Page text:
Circaetus fasciolatus 

Scope: Global
Language: English

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Taxonomy [top]

Kingdom Phylum Class Order Family
Animalia Chordata Aves Accipitriformes Accipitridae

Scientific Name: Circaetus fasciolatus Kaup, 1850
Common Name(s):
English Southern Banded Snake-eagle, Fasciated Snake-Eagle, Southern Banded Snake Eagle
French Circaète barré
Taxonomic Source(s): del Hoyo, J., Collar, N.J., Christie, D.A., Elliott, A. and Fishpool, L.D.C. 2014. HBW and BirdLife International Illustrated Checklist of the Birds of the World. Volume 1: Non-passerines. Lynx Edicions BirdLife International, Barcelona, Spain and Cambridge, UK.
Identification information: 60cm. A small snake-eagle with barred underparts and three white bars on the relatively long tail. Dark brown upperparts and rufous brown underparts barred white below breast. Greyish face. Juvenile white below streaked with black. Yellow cere and legs. Similar spp. Western Banded Snake-eagle C. cinerascens has a single pale bar across a short tail, and has less barring on the underparts.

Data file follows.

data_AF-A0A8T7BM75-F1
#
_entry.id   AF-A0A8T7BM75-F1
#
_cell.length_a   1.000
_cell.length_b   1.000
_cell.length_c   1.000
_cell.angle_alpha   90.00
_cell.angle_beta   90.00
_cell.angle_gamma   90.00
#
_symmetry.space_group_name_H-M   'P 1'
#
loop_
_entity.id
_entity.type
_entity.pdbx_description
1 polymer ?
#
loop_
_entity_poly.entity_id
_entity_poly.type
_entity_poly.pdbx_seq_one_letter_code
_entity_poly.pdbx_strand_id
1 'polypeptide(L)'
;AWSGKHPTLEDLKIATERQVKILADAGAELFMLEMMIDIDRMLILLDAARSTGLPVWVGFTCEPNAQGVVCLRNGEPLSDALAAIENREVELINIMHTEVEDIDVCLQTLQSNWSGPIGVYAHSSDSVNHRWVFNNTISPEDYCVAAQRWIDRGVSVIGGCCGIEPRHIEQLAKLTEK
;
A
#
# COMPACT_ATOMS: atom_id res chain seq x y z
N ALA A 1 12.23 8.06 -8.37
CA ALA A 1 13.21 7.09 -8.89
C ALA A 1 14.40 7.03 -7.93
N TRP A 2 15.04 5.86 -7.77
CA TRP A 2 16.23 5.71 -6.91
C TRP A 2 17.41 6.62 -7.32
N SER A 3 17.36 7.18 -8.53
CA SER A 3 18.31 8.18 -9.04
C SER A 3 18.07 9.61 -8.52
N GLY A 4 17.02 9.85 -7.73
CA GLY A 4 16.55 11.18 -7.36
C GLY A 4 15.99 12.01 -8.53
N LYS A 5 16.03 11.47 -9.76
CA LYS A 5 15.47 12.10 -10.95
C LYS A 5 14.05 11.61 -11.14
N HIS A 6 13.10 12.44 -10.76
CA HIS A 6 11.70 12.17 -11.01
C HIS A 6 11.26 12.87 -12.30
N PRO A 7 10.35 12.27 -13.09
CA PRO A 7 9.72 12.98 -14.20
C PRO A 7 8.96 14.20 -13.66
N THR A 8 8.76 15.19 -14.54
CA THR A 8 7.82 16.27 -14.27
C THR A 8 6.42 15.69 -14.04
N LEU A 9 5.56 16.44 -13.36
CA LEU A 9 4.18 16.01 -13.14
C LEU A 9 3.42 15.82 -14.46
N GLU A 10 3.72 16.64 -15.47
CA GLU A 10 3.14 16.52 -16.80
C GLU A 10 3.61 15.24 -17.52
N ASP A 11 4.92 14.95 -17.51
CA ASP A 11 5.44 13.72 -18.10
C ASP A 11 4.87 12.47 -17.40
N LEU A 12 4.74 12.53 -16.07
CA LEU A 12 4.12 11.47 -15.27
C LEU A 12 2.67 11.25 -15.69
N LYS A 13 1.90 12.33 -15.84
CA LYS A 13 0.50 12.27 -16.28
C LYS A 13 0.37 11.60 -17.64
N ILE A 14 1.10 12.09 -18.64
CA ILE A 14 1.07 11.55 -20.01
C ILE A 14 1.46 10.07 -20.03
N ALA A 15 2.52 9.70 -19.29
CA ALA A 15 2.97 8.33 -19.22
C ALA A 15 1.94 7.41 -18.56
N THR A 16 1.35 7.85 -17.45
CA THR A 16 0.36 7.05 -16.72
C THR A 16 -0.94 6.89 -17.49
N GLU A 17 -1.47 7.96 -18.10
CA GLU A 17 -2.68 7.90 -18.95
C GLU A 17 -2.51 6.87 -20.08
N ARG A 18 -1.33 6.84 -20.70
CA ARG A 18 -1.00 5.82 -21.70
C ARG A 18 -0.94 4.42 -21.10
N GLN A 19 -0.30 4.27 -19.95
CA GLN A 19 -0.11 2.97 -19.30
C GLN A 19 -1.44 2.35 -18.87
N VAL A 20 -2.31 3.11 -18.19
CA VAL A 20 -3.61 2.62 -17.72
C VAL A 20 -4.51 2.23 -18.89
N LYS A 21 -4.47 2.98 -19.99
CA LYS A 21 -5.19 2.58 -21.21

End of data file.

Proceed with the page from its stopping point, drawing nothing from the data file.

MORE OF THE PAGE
Assessment Information [top]

Red List Category & Criteria: Near Threatened ver 3.1
Year Published: 2016
Date Assessed: 2016-10-01
Assessor(s): BirdLife International
Reviewer(s): Butchart, S. & Symes, A.
Contributor(s): Bennun, L., Parker, V., Borghesio, L. & Parkes, D.
Facilitator/Compiler(s): Evans, M., Martin, R, O'Brien, A., Robertson, P., Symes, A., Taylor, J., Westrip, J.
This species is classified as Near Threatened owing to its small population, which is suspected to be declining owing to habitat loss and degradation. However, further evidence of such declines, or clarification of the subpopulation structure, may qualify the species for uplisting to a higher threat category.